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HomeAfrica-NewsTwo-faced Marseille gives way to world-class area as city feels Bok gees

Two-faced Marseille gives way to world-class area as city feels Bok gees


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  • Marseille showed up on Saturday afternoon when it really mattered.
  • The city hosts the Springboks for the first time since 2007.
  • There were some sleepy parts, but it was also buzzing as it got ready for the Test, and the stadium itself is mind blowing.

in marseille

This port city is deceptive and in every sense of the word.

If you go to one side of the city, especially the old port area with the old museum, nothing screams a big rugby game going on.

There were a few rugby jerseys, but of greater interest were the boat trips, the public displays of affection, the little picnics, the museum, the circus and, significantly, a gentle but immensely refreshing breeze coming off the Mediterranean Sea.

Near the Dockside Mall, the restaurants are all quiet.

Closer to the port, especially on Old Quay Port Road, is where things really get festive.

Since Marseille is a tourist city, expect rugby not always to be the biggest attraction.

After all, this is the place that is home to the only French team in the UEFA Champions League, Olympique Marseille, who lifted the famous European trophy in 1993.

There are a few soccer jerseys, but there are a lot more rugby jerseys in this day and age.

On one side of the port, with most of the restaurants, business was carried on in an orderly manner.

Conversations, mostly in French, were boisterous, but from time to time, Afrikaans and English pierced the air.

However, it was at Quinze’s and Murphy’s bars that things got hectic.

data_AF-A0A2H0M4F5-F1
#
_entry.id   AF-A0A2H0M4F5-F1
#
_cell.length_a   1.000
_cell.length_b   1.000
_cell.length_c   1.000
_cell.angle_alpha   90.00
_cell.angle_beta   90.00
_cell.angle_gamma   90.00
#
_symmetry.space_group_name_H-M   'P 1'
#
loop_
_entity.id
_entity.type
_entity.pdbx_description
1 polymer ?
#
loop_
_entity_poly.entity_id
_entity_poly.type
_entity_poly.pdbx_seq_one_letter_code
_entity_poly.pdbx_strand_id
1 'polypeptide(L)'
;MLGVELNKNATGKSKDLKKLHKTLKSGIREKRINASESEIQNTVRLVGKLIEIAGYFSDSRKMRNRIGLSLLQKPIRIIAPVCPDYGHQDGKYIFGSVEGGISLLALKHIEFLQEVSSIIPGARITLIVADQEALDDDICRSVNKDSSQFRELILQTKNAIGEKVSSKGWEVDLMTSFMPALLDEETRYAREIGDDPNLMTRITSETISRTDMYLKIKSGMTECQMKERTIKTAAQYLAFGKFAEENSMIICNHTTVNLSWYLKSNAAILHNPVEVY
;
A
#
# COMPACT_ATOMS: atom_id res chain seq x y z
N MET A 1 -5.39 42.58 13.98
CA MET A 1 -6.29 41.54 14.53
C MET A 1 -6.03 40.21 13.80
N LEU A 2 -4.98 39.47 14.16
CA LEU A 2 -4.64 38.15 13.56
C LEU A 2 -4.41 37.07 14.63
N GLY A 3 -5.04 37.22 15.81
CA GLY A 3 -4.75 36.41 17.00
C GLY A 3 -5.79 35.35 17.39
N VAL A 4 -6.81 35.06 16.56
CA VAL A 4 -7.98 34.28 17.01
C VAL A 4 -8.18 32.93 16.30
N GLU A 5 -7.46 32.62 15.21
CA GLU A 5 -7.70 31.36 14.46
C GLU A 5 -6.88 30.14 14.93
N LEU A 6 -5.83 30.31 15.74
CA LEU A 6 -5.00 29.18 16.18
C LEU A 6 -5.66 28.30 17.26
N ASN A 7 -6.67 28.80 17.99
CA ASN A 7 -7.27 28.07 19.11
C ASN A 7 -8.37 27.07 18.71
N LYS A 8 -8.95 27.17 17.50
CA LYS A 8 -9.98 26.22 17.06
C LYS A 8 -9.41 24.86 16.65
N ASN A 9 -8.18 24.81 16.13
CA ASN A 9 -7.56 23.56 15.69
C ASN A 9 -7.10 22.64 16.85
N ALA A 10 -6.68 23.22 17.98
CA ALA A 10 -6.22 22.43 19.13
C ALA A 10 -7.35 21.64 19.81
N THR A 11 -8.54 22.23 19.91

The patrons sang a song, and when the chorus came on, they sang it at the top of their lungs.

The two bars are just as popular as you’d find in the port district.

However, they occupy prime real estate being on the corner of a very busy intersection.

Since the nature of French bars is self-service and outdoor drinking, it’s a win-win.

The mild autumn weather also played a role, although from time to time there was a particular itch.

Train station in Marseille

The Joliette subway station was abuzz with activity in a trio of languages.

The wagon was packed with capacity.

On the other hand, not everything is sport, but it must be said that the heat in the crowded carriage was the hottest since I left Johannesburg.

The arrival at the stadium was as chaotic as the carriage.

Train ride in Marseille

There was a drunken but suave rendition from La Marseillaise, but Nkosi Sikelela’s response was as disjointed as SA’s goal last week.

The stadium? Well, it’s a beauty that only the eye can behold.

It has a mall attached to it, plus a spectator bench where fans can sit and wait patiently before the gates open.

Its design is reminiscent of what Loftus Versfeld and the Cape Town Stadium are trying to be.

The place is crazy but also beautiful.

The neighborhood in which the stadium is located was a world away from the quiet routine of the port area.

If there’s one thing I’ve experienced in France over the past week, it’s that melodic chaos is not only acceptable, it’s a way of life.

9:00 p.m. (10:00 p.m. in South Africa) seemed too far away.


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